Author Archives: Taylor

Opposable Thumbs Episode 3: Found Electronics

Only 90's kids will understand!

Only 90’s kids will understand! via

Listen to Episode 3 here.

At the suggestion of my main man Audrey Peiper, I based this project on a Girl Talk telephone handset that I had laying around the studio. I fear this will only embolden my mother-in-law, who exploits my penchant for hoarding electronics ruthlessly.

Given the ridiculously gendered nature of my starting point, I decided to reengineer the phone’s components to make a positive statement about women and technology. This got me thinking about how some of the original “computers” were women, back when the term described people who performed mathematical calculations. Ada Lovelace is another great example of a woman who contributed significantly to early computing with her work on Babbage’s Analytical Engine.

With these ideas in mind, I desoldered all of the components from my handset. This yielded a pile of simple parts, artificially limiting the potential complexity of my project. Working within this structure, I soon settled on the concept of the multivibrator, a simple circuit that can be switched between two states. The first multivibrators were astable, switching back and forth between states at a regular interval. Mono and bistable vibrators came next, and these circuits formed the foundation of modern computer memory (due to their ability to “remember” one bit worth of information). I didn’t quite have enough components to make my vibrator stable, so here’s a demo of an astable multivibrator or “flip-flop.”

From a 2017 perspective, this circuit is not that impressive! I dig it though, because it shows what complexity you can reach in the absence of integrated circuits. To change the timing of the circuit, you can substitute different capacitor values – larger Farad ratings will take longer to drain, resulting in a slower oscillation. No coding here, just good ole’ math (or blind experimentation). See this page for the diagram I followed and build your own.

Full disclosure: The red LED didn’t come from the phone. There, I said it!

 

Opposable Thumbs Episode 2: Dungeons and Dragons Dice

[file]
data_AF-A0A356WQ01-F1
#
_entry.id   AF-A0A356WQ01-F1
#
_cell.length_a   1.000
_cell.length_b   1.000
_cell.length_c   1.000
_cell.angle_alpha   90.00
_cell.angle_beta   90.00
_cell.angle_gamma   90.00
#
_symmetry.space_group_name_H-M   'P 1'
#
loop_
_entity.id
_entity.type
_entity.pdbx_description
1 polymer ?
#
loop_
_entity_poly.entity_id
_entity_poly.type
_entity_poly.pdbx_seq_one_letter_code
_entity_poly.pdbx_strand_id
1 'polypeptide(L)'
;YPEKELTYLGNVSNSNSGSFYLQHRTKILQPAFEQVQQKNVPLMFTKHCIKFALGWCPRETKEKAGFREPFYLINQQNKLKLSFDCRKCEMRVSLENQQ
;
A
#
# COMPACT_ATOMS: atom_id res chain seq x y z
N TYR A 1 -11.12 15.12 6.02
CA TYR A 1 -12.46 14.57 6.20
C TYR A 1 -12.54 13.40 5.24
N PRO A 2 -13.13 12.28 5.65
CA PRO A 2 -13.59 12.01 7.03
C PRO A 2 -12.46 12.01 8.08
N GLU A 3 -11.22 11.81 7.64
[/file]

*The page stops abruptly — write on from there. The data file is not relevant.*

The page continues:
For the second Opposable Thumbs challenge, I started researching ancient games of chance. It seems that the original dice where the knucklebones taken from livestock like sheep or goats. While you can order the real thing online, I opted to 3D print an open source set because it was quicker. Then I made a wooden box, strapped a piezo sensor to the back, and taught an Arduino to interpret these vibrations numerically. This information is shared with a Processing app, where the numbers are mapped onto various numerical ranges (1-4, 1-6, 1-8, etc.). The system is currently set up for the 7 most common DnD dice, but this is easy to change in the code.

I think the next step for the project is to hook up with the roll20 API. This website allows players to meet in an online space that supports maps, character sheets, and the like. Knucklebones 1.0 would allow such virtual games to retain some tactility by requiring physical rolls, though the objects in question need not be actual dice.

Arduino

Processing

 

Opposable Thumbs Episode 1

The excellent Rob Ray and I have started a podcast called Opposable Thumbs. I used to organize art events with Rob in Chicago some years ago, and I’ve been itching to work with him again ever since he escaped to LA.

OT is a biweekly creative exercise where Rob and I invite a guest to set some sort of design challenge. Next, the three of us each make something based on that prompt, then Skype in to talk about our successes and failures. The first episode is out now! Here’s a preview of my project:

tba

Prompt: Paper Clip & 2×4

In this episode I create a diegetic prototype that recruits material “flaws” (such as the knot above) to act as touch sensors. The paperclip or other wire is embedded in the wood and attached to two pins on the Arduino. Add a 1M resistor or greater and use the source code below. Right now we’re just blinking an LED, but that’s how all great things start… Please download, remix, and send me photos or video of your implementation!

 

Raspberry Pi + Thermal Printer

thermal

I’m looking at doing some experimentation with thermal printing, using the same type of device that prints point-of-sale receipts. I found the Adafruit tutorials to be a little incomplete, so here’s how I got my printer up and running.

  1. Download the full version of Raspbian Jessie (Lite will not work).
  2. Open the terminal and type   tar xzvf /path/to/your/file/filename.zip (the file is too big to unzip by double-clicking in OSX).
  3. Use ApplePi-Baker to transfer the .img to an SD card (I couldn’t get the official terminal method to work).
  4. Boot up the Pi and follow these instructions.